the pursuit of love3.5 stars, for a book I neither loved nor loathed, but can appreciate. The Pursuit of Love is a wildly over-the-top tale of the love affairs and the lives of an aristocratic family in the 1920s and 30s. What I wish I had known before beginning was that this story is a satire of Mitford’s own family, who were almost as eccentric as the Radletts of this book, and certainly just as much in the public eye.

“Always either on a peak of happiness or drowning in black waters of despair they loved or they loathed, they lived in a world of superlatives.”

The story follows Linda, the most extreme and exaggerated of the five Radlett children, in her pursuit of love. It begins with her as a young girl innocently learning about love and yearning for it, and ends with a grown woman whose madcap adventures as a result of disastrous love are presumably intended to be hilarious. The narrator is her cousin, which leads to some rather odd situations and diversions onto different topics that don’t really relate to Linda throughout the novel.

Perhaps because of the era, it reminded me of Brideshead Revisited but without the brooding gloom of decline that hovers just above that narrative. The Pursuit of Love seems to poke fun at a class who has already lost their relevance in a world of ‘capitalists’, but just hasn’t noticed yet.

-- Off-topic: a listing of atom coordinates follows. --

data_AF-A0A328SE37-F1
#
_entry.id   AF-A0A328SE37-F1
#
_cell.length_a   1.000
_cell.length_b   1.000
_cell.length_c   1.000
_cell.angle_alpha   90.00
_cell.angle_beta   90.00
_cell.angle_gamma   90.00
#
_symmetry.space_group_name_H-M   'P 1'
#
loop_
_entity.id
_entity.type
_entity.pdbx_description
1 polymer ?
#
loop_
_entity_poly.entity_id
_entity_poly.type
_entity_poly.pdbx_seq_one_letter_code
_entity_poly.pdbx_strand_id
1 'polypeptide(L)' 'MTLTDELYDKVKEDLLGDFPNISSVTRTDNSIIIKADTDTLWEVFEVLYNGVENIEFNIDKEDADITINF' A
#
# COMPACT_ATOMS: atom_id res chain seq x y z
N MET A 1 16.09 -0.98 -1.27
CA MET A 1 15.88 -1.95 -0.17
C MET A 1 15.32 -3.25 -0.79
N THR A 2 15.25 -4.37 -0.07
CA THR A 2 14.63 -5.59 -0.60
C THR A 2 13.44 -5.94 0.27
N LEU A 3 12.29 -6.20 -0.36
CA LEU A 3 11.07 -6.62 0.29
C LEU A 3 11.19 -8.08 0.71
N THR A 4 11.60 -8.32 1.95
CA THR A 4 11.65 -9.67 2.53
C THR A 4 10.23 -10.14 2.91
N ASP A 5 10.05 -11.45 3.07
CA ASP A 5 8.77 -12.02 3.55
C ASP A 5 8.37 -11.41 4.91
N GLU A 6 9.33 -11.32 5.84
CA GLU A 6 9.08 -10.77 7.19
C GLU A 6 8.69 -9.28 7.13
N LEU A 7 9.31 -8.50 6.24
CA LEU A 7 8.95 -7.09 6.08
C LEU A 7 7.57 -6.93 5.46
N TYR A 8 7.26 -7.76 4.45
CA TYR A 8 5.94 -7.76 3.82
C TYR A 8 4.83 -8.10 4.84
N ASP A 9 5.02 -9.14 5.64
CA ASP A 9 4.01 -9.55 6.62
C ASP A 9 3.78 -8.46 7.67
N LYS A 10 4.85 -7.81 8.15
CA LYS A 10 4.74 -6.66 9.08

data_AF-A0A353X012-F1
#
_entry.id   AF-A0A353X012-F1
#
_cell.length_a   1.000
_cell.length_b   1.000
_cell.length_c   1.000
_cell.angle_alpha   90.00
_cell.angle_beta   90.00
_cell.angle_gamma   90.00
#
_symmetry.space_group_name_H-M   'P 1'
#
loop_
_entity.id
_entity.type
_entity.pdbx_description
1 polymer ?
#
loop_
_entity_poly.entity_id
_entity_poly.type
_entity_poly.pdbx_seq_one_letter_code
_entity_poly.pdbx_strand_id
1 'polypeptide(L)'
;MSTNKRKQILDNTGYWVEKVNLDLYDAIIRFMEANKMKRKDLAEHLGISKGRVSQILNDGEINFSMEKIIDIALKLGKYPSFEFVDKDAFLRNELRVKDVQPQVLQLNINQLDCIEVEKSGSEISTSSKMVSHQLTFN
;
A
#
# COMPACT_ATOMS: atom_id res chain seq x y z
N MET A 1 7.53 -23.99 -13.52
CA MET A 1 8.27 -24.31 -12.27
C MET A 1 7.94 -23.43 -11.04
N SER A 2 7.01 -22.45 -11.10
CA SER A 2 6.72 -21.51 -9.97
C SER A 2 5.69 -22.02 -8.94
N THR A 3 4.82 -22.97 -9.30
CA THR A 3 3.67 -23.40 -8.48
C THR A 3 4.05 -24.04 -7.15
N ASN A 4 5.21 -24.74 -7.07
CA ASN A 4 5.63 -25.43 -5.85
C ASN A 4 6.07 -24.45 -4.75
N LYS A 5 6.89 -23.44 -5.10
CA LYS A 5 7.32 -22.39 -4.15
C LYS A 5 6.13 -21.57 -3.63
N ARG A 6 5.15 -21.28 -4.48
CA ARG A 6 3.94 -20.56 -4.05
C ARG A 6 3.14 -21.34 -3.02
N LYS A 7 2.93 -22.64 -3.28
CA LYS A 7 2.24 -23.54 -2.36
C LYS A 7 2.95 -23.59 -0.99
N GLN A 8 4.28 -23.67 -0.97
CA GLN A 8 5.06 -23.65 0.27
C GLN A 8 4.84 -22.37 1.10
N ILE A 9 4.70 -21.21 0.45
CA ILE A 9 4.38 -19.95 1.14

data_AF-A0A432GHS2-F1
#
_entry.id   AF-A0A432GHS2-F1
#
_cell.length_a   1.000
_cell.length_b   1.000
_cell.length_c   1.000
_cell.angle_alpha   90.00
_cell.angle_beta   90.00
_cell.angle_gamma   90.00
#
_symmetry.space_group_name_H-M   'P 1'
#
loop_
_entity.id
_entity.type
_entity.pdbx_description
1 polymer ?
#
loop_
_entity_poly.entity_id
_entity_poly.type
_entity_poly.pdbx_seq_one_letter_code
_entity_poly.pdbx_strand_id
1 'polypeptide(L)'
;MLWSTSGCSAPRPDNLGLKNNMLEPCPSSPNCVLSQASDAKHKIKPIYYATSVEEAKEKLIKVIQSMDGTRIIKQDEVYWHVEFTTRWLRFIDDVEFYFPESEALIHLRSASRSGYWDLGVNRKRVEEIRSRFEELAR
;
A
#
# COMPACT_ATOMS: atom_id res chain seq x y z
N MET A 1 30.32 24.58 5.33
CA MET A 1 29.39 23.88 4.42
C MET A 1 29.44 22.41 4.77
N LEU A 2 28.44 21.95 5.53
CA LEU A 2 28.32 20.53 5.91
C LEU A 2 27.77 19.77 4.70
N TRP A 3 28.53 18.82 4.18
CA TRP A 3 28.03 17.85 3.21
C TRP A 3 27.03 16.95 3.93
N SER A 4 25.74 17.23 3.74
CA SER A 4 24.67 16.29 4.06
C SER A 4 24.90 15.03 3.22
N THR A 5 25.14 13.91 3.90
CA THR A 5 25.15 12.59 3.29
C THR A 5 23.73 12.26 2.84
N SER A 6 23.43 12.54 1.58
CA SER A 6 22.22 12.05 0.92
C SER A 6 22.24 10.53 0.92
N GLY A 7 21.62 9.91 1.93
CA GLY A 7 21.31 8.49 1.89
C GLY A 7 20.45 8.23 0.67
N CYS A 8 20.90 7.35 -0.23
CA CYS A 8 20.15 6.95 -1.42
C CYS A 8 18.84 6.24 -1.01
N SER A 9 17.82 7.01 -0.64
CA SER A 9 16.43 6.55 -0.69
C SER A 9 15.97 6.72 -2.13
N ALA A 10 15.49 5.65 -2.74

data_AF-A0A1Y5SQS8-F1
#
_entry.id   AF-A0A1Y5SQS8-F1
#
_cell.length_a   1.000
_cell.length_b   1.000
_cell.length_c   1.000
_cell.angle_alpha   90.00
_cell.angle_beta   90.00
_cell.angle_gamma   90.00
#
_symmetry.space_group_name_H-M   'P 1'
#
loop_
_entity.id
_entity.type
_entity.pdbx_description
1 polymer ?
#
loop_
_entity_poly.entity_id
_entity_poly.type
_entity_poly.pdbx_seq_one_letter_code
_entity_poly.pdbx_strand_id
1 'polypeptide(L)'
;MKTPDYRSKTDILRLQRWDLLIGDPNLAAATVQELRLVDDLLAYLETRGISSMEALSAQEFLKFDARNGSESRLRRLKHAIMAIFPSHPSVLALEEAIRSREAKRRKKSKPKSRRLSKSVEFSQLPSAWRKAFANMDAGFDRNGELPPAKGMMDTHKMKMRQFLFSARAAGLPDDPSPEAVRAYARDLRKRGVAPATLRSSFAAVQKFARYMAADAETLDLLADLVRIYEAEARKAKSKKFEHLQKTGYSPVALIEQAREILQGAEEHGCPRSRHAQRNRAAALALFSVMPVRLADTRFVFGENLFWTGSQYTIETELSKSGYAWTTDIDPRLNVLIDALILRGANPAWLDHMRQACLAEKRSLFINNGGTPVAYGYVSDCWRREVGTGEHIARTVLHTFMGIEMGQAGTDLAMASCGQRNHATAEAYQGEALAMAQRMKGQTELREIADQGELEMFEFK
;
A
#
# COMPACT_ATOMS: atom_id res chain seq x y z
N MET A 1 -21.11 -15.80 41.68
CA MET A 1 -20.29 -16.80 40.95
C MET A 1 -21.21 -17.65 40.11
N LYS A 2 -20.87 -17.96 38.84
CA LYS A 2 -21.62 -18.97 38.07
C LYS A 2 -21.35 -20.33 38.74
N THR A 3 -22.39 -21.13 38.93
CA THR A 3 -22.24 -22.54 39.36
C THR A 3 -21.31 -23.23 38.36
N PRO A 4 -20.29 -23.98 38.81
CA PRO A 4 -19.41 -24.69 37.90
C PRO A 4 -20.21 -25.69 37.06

I think this book would be far more enjoyable if you know something of Nancy Mitford and her family. Satire loses its edge when readers miss the events or people to which it is alluding. I found the character of Linda’s father bizarre, but in researching discovered that many of his mannerisms and habits were lifted directly from Mitford’s own father, which completely changes my perception of him as a character in this novel.

Overall I did find it an entertaining, light read, and I really enjoyed some of the reflections on the era between the two World Wars. But ultimately because of my lack of knowledge of what Mitford is satirizing much of the book went ‘over my head’ and I feel I missed much of the humour. If I am to read any more Mitford novels I’ll definitely be doing my homework first!

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Tamsien - Babbling Books
Reader, blogger, photographer with perpetually itchy feet. Host of Babbling Books' Readalongs and curator of a very eclectic Instagram account.

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